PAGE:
A Loving Tribute

Roseann Scott

January 22, 1930 – February 22, 2023
Submitted by Melinda J. Scott


Roseann (Joyce) Scott died of heart failure in hospice care on February 22, 2023. She turned 93 in January.

She was predeceased by her parents, James Patrick, and Rose (Markus) Joyce, brothers James and William, and ex-husband Melvin Scott. Roseann is survived by her children Jeffry Scott (Debra Kalin), Melissa (Christopher) Johnson, Melinda Scott, Jonathan Scott, and grandchildren Tucker and Mackenna Johnson.

The first thing Roseann shared in a written account of her life is that when she was six, she was bitten by a non-rabid, neighborhood dog. When she was seven or eight, she convinced a nun she could make a mean pie. Roseann was a child of the Depression. She grew up poor but living with parents and grandparents—and eventually two brothers—she never wanted for love and affection.

She graduated high school early, defying her father when she decided to move to California and study to become a nurse. He stopped speaking to her, but that didn’t keep him from sitting at the kitchen table while her mother read Roseann’s letters home aloud. She returned to Denver in 1954 (after becoming a nurse) to care for her father as he was dying of emphysema.

Roseann moved to California before she turned eighteen and got a job at a land bank, as many of her cousins were still in school. She was accepted to Samuel Merritt School of Nursing in Oakland in March of 1949 (where she earned the nickname “Bunny”) and graduated three years later. That September, she married a Naval officer, Melvin L. Scott. Re-stationed by the Navy about every two years, she and her husband relocated with one to four children in tow. She moved her household from Florida to Boulder, Honolulu to Annapolis, then north to Argentia, Newfoundland. After a stint in Rhode Island, the Scotts (now six in number, one an infant) drove across the country in 1967 and settled in Albuquerque, New Mexico, for nine years.

When Roseann’s husband, Mel, retired from the military, the family moved back to his hometown, Grand Junction, CO. In 1978 Mel and Roseann divorced; she never remarried.

She got a job at St. Mary’s Hospital in Grand Junction as a psychiatric nurse in 1977. While working and raising the last of her four children, she earned both a bachelor’s and master’s degree from CU-Denver. She attended a 21-day seminar for nurses in Nairobi, Kenya in 1986. Roseann worked at St. Mary’s well into the ’90s.

She loved entertaining, was at one time a devoted knitter, was always an avid bridge player, read a lot of mysteries, and developed a passion for cooking. She loved good parties and threw them frequently for friends and co-workers. Feeding her family and friends was a demonstration of her love, and she enjoyed testing new recipes for them to try. Roseann loved to laugh, and her delight at something that tickled her was infectious.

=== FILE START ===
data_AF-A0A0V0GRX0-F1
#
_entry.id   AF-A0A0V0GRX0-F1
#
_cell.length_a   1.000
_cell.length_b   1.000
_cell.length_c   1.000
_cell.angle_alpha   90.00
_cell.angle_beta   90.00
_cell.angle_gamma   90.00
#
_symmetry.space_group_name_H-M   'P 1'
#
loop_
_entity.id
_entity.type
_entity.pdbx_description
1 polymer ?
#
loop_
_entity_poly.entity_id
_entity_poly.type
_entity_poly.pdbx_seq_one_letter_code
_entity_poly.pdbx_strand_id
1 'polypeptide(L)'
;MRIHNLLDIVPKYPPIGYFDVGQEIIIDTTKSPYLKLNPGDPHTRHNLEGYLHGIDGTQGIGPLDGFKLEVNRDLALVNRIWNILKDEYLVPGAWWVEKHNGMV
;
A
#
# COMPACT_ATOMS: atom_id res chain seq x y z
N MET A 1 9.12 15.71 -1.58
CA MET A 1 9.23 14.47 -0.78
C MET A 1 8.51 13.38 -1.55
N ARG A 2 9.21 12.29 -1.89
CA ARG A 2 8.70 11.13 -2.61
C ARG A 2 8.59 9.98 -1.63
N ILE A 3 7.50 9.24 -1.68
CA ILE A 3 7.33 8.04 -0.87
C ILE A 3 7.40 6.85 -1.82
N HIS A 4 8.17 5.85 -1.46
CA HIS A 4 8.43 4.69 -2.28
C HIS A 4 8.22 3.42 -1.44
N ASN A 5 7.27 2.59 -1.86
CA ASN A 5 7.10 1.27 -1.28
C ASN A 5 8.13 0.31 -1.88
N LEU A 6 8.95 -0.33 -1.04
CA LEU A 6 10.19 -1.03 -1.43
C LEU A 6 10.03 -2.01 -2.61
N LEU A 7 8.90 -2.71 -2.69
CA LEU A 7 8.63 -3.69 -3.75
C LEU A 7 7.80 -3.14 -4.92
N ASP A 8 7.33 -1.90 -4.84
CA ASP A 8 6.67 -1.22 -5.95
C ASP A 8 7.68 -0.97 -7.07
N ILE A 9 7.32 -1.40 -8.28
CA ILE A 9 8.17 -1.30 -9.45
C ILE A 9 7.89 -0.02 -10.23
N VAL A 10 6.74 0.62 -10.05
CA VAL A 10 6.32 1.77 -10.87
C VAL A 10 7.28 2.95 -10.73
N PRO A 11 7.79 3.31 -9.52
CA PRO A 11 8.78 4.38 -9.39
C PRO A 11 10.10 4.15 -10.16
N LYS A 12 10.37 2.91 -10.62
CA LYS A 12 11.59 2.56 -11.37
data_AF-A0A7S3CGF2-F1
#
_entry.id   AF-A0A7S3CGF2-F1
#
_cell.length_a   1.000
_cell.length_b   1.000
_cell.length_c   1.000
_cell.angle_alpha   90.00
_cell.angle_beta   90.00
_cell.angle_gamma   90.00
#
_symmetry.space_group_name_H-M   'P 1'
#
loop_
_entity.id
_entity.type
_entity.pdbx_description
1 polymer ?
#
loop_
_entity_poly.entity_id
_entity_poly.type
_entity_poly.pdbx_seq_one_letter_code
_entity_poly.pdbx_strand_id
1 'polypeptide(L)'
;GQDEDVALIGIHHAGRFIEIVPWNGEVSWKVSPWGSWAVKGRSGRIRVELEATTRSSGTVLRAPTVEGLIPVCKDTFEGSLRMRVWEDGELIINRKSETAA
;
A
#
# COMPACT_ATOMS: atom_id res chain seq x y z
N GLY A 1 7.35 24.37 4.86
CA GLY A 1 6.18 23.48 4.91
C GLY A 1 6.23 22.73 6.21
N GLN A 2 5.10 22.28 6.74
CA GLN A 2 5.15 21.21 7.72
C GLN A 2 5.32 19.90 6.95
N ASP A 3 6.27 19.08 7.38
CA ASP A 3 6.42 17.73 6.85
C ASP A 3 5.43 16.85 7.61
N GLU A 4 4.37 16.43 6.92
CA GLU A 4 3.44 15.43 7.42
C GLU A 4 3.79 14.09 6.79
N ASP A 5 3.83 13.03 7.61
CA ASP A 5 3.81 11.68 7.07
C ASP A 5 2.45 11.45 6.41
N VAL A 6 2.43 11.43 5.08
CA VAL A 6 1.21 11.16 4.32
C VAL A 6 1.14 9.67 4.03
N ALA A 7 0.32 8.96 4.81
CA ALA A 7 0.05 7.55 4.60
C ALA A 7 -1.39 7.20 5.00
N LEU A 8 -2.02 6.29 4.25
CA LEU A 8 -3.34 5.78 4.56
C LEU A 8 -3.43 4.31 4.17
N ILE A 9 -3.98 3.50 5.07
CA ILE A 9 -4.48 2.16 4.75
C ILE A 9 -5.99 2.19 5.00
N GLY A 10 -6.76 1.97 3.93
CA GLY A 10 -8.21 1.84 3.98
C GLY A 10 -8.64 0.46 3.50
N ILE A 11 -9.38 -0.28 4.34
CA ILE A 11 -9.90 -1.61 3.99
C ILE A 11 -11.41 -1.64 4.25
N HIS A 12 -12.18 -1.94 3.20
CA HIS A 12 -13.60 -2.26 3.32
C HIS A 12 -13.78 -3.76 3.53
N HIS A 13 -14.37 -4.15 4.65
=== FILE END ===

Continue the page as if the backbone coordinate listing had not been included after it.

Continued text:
Traveling invigorated her. In addition to her trek to Kenya, Roseann went on a sight-seeing tour of China with her eldest, his wife, and her mother, took frequent yearly trips to see old friends at their beach house on the east coast, and, accompanied by her best friend, visited Paris with her daughters and Alaska with her sons.

She was generous, stubborn, nurturing, critical, curious, and droll, with a quirky sense of humor and a refined sense of the absurd. She was bossy and opinionated and a remarkably good listener. She was a seriously practical woman who enjoyed the occasional whimsy and, periodically, was strikingly spontaneous. She was a calculated risk-taker and a bit of a mischief-maker. She said once, as she was nearing the age of 90, “When I die, I hope someone writes, “She left because it got too complicated.” Such comments were classic Roseann.

Roseann declined funeral and memorial services. Instead, she insisted the people who knew and loved her throw a big party, which her family has slated for late June 2023. Instead of flowers, she requested donations to the Mesa County Library. Her last wishes were that her ashes be scattered in a rose garden, and some interred at her parents’ graves in Denver, Colorado, where she was born. She will also be left to watch eternal sunrises on her east coast beach.

Roseann could read people and she knew her mind. She was a remarkable human being, and oh, how we miss her.

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